ESPN's "30 For 30" series of documentary films is a welcome holiday gift, particularly for sports fans who grew up with the fledgling cable network in the '80s.
The series, which presents 30 sports documentaries to celebrate the network's 30th anniversary year, is the brainchild of ESPN.com columnist Bill Simmons. It taps noteworthy directors to tell the stories of Jimmy the Greek, the USFL, the death of Len Bias and the deal that brought Wayne Gretzky to Los Angeles.
And if you happened to be among the 38,646 fans at Camp Randall Stadium on Sept. 9, 1989, to see the Miami Hurricanes taunt and intimidate their way to a 51-3 trouncing of the Badgers, you'll be interested in the series' latest offering, The U.
True-crime documentarian Billy Corben produces the film, interviewing dozens of players from the Miami teams that won national titles in 1983, 1987, 1989 and 1991. As college football fans of a certain age will remember, those teams defined brash.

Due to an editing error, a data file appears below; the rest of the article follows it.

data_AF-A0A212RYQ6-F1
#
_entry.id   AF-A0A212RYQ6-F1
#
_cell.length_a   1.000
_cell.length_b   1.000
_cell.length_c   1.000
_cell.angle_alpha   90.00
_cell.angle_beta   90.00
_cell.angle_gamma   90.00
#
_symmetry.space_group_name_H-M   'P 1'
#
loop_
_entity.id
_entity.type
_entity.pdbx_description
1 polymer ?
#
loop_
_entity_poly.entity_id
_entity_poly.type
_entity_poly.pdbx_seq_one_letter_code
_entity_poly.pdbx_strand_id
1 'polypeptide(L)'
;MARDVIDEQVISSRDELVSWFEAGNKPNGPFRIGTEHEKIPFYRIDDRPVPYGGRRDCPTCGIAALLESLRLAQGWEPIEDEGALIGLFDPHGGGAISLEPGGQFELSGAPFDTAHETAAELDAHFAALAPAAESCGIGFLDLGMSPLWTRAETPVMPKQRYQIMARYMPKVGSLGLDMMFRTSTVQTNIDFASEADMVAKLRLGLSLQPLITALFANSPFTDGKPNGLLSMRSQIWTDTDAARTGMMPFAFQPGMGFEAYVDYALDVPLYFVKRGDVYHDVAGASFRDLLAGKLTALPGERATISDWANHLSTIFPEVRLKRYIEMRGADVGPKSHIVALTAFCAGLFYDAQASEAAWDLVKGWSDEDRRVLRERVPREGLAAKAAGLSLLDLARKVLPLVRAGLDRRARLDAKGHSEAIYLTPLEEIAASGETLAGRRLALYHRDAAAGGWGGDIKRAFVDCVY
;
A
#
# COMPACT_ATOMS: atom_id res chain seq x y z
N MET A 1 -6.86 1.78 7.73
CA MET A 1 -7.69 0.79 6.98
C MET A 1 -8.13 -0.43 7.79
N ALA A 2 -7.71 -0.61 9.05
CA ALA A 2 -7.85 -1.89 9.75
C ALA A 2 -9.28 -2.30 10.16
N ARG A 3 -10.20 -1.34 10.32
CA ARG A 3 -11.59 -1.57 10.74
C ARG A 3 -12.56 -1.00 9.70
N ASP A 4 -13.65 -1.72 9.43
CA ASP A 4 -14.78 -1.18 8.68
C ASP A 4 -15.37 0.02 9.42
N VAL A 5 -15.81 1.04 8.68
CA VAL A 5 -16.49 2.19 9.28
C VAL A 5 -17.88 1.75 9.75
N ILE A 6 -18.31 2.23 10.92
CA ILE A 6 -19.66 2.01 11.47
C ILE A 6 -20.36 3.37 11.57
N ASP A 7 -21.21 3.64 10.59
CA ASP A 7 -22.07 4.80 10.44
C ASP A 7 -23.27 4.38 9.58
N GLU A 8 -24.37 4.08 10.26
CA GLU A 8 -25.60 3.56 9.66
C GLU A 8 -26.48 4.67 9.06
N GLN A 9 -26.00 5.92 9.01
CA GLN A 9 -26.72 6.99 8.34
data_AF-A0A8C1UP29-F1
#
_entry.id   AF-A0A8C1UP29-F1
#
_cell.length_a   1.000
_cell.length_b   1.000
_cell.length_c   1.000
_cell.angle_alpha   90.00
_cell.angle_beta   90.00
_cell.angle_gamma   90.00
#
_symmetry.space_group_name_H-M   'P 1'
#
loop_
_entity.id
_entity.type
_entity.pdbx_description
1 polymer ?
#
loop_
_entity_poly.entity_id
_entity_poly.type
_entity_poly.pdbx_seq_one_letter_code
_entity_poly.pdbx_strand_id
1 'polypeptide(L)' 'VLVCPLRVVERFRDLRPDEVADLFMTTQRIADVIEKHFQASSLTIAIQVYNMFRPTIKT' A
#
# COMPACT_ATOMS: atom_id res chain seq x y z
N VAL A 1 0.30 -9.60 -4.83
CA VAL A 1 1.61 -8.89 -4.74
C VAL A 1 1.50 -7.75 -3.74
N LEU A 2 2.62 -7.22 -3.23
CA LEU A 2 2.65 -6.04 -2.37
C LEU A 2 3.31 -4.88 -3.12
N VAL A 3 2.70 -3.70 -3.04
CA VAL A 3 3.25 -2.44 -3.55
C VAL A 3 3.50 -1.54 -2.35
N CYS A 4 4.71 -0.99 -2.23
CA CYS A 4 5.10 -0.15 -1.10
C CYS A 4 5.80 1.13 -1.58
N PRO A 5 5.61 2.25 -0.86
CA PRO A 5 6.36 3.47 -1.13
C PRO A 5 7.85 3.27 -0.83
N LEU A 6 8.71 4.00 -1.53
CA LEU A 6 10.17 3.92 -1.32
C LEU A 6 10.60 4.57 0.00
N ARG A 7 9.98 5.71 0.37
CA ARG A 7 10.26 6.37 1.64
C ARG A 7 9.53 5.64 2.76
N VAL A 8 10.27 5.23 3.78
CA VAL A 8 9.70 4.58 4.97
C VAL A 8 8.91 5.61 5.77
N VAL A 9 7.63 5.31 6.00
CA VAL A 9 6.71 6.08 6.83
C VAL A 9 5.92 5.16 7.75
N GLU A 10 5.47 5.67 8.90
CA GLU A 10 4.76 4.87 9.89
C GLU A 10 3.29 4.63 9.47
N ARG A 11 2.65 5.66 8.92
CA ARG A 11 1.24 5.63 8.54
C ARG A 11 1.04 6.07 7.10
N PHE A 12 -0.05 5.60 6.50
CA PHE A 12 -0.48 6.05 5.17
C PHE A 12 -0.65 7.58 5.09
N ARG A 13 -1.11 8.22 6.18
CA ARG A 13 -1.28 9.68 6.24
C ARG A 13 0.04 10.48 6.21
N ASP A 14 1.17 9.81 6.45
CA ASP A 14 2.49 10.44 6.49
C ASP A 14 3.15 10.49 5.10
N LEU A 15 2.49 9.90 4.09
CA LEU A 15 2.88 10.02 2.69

"We came out of the tunnel looking to start a fight," says one of the players. "It's called swagger," says another.
The film doesn't defend the antics, and the players, 20-plus years removed, offer no apologies. Corben places the program's ethos in the context of Miami in the '80s, when race riots, cocaine wars and the arrival of Cuban refugees were in the headlines.
Of course, Wisconsin faces Miami in the Champs Sports Bowl on Dec. 29 in Orlando. The U can be seen two days earlier, on Sunday, Dec. 27, at noon on ESPN.